Friendly fire could be personal or impersonal; a single bullet from a guy you knew like a brother or a hail of shells from a distant battery that had no idea you existed. You could die from malice or because a sleepy artillery officer forgot to carry the ‘2.’
One of the biggest dangers we faced was re-entering the CAP perimeter after a night-time patrol, known first as “killer teams” and later, the more politically correct “security patrols.”
We sent out four- or five-man killer teams to roam our ville at night looking for Charlie, just like our daytime patrols. Charlie was much more likely to be found at night, but the scariest part of most night patrols was re-entering the CAP’s night position.
The KT leader would plan a route through the ville and estimate a return time so the rest of the CAP knew when to expect them. But the returning KT was still required to walk closer and closer to the CAP perimeter, waiting for the man on watch to see them. That was the moment of maximum danger, when the watchstander saw movement and had a few seconds to decide whether he was looking at Marines or VC.
Sometimes KTs carried a radio so they could call ahead and say, “We’re coming in.” Sometimes they would fire a green or red star cluster to announce their arrival. Both methods had disadvantages and KT leaders often decided not to use them.
I know of two Marines killed by friendly fire while leading KTs. On July 6, 1970, a KT was returning to the CAP 2-7-4 night position. A PF sleeping on watch awoke suddenly to see a shadow in front of him. He fired a burst that killed the point man, John Sievers of Gunnison, Colo., and wounded Angel Washington of San Antonio, Texas.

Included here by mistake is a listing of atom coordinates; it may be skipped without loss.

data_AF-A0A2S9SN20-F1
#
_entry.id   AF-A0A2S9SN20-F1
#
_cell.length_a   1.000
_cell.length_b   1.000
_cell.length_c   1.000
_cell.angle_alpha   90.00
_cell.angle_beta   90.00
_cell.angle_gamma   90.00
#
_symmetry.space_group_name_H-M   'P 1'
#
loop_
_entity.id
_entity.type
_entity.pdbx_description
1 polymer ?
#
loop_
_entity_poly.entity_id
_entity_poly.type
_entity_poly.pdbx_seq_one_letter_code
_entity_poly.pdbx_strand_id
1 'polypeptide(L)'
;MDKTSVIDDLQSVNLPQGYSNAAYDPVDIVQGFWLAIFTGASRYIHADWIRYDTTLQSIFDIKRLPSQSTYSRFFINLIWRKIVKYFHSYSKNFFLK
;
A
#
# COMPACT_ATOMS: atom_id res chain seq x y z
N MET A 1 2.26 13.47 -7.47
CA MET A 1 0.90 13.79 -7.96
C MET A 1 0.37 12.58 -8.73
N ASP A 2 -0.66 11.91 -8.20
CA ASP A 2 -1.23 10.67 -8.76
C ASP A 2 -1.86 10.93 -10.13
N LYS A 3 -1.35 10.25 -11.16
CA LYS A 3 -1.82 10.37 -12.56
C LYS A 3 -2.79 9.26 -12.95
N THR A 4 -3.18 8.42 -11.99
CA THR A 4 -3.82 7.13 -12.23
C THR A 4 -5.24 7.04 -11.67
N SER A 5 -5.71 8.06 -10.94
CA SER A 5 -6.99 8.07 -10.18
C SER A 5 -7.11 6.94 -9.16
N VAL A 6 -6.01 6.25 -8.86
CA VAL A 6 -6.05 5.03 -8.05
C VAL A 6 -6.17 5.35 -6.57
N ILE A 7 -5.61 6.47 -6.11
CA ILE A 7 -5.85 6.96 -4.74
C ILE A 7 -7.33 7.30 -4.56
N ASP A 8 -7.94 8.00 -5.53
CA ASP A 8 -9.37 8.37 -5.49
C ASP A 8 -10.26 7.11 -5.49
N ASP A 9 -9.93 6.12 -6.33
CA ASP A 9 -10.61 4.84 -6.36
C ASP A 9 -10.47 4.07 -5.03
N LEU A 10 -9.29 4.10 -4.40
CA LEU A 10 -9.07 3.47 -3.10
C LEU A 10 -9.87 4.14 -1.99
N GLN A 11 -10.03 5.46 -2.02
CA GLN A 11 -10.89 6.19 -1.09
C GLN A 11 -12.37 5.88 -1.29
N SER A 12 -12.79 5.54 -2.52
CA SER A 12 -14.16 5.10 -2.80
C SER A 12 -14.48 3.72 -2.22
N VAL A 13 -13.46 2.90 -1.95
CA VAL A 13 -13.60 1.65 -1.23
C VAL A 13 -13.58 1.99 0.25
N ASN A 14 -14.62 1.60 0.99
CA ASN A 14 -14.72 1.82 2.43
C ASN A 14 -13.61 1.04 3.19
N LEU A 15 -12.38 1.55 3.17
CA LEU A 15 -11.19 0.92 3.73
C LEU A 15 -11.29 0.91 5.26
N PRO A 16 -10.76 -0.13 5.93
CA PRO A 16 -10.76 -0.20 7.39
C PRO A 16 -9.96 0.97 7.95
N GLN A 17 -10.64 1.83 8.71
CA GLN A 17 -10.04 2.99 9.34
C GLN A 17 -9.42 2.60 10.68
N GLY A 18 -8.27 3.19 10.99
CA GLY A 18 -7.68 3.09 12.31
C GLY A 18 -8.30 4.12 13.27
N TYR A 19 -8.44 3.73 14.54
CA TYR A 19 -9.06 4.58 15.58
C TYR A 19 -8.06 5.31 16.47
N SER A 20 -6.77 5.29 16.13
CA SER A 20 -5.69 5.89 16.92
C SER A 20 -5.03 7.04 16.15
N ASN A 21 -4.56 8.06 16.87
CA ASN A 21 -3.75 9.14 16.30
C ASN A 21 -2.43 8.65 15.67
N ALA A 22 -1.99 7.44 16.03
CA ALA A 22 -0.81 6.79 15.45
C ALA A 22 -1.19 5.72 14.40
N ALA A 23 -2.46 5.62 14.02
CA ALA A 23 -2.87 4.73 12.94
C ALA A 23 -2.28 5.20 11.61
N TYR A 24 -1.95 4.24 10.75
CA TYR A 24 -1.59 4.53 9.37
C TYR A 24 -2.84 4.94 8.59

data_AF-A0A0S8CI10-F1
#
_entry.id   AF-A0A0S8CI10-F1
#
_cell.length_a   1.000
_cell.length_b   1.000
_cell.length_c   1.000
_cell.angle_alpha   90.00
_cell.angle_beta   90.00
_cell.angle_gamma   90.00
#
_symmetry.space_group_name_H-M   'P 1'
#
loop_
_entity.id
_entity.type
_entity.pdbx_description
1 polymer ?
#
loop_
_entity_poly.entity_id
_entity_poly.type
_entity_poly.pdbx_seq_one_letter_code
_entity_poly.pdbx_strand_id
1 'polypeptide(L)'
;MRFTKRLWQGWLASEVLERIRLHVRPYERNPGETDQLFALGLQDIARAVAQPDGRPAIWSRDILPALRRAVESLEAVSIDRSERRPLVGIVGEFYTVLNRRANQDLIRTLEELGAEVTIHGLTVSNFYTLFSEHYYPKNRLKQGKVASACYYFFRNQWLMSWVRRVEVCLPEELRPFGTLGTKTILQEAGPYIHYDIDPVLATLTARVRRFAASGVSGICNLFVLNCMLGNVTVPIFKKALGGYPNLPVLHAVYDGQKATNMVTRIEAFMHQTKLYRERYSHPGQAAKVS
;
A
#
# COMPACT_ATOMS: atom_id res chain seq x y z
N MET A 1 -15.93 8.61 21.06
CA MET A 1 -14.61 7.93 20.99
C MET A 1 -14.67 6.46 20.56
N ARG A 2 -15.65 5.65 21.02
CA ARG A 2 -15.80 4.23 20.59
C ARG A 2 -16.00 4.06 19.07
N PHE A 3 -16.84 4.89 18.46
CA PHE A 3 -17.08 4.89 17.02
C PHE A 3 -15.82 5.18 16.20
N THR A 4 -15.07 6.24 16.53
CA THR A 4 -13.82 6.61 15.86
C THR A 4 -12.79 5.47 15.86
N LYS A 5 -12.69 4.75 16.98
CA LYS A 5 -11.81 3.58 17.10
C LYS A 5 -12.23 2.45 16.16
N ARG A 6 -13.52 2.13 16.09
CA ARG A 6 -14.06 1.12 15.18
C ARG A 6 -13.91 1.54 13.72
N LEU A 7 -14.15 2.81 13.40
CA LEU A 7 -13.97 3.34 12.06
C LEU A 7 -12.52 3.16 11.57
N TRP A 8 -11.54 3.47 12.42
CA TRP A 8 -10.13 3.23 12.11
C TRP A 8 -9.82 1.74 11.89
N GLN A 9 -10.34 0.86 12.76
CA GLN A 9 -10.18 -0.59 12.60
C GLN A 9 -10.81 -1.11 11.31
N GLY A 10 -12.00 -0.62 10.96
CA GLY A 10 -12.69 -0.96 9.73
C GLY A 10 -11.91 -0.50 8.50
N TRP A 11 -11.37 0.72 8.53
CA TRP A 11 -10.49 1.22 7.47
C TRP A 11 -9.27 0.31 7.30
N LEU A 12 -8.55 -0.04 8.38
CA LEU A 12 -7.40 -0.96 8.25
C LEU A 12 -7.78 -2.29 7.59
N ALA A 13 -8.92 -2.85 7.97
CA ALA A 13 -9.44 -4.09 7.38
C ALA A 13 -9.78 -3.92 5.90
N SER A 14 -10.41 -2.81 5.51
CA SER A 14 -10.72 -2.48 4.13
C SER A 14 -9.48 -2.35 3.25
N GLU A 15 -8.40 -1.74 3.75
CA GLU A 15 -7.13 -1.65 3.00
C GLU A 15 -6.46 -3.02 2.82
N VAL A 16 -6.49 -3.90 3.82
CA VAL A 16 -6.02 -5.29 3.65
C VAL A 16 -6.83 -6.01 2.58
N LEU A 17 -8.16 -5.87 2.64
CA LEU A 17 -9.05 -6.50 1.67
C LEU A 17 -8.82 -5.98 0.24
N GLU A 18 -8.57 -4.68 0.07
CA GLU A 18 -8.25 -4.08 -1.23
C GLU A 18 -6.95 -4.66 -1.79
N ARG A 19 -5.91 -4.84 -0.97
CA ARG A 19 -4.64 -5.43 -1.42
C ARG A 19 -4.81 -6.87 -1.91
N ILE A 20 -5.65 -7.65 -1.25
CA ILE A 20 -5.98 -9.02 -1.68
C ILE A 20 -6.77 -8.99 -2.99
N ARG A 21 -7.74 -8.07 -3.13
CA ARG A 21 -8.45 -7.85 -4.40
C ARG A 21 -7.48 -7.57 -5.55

Ronnie Ross of CAP 2-7-10 was mortally wounded under similar circumstances, though many suspect his death was murder rather than an accident. He had argued with the PF officer who shot him. The PF was transferred and the incident hushed up to avoid a complete break in relations with the South Vietnamese.
Fearing such incidents, CAP 2-7-2 killer teams always re-entered our night site through a Marine watch position. It was not unusual for PFs to daydream or fall asleep while standing watch, and they tended to open fire when startled.
Friendly artillery fire was a lot more random, impersonal and potentially destructive. I escaped injury three times from friendly shells.
The first time, CAP 2-7-2 was in a night position in the grave mounds on the north side of the “Island.” I was standing watch alone, early on a quiet, starry morning. I could hear an artillery battery firing far off to the west, then it fell silent. About five minutes later I heard a single, distant ‘boom’ from that direction and wondered what it was.
Seconds later I heard the rushing sound of an incoming shell and I ducked down beside a grave mound. The shell, probably a 105mm, blew up barely 50 yards away. I quickly got on the radio to CACO 2-7, shouting, “CHECK FIRE! CHECK FIRE!” because one shell was often the prelude to a barrage. The radio operator at 2-7 checked and told me the artillery bases within range all claimed they had not fired.
No more shells landed, so the CAP soon went back to sleep. We never learned who fired the shell although we knew there were 105mm batteries and a tank base in the area west of us.
Another time, CAP 2-7-2 was on the move at maybe 9 p.m. We were strung out in single file, walking up a path to the north side of the Island near a house we called the Flower Garden. Suddenly there came the familiar ripping sound of an incoming shell. This one hit the ground about 50 feet to the right of our file, but didn’t explode. We all froze. Then came a loud “POP” and a parachute flare was flung out of the hole made by the shell. It caught in a banana tree and began burning brightly.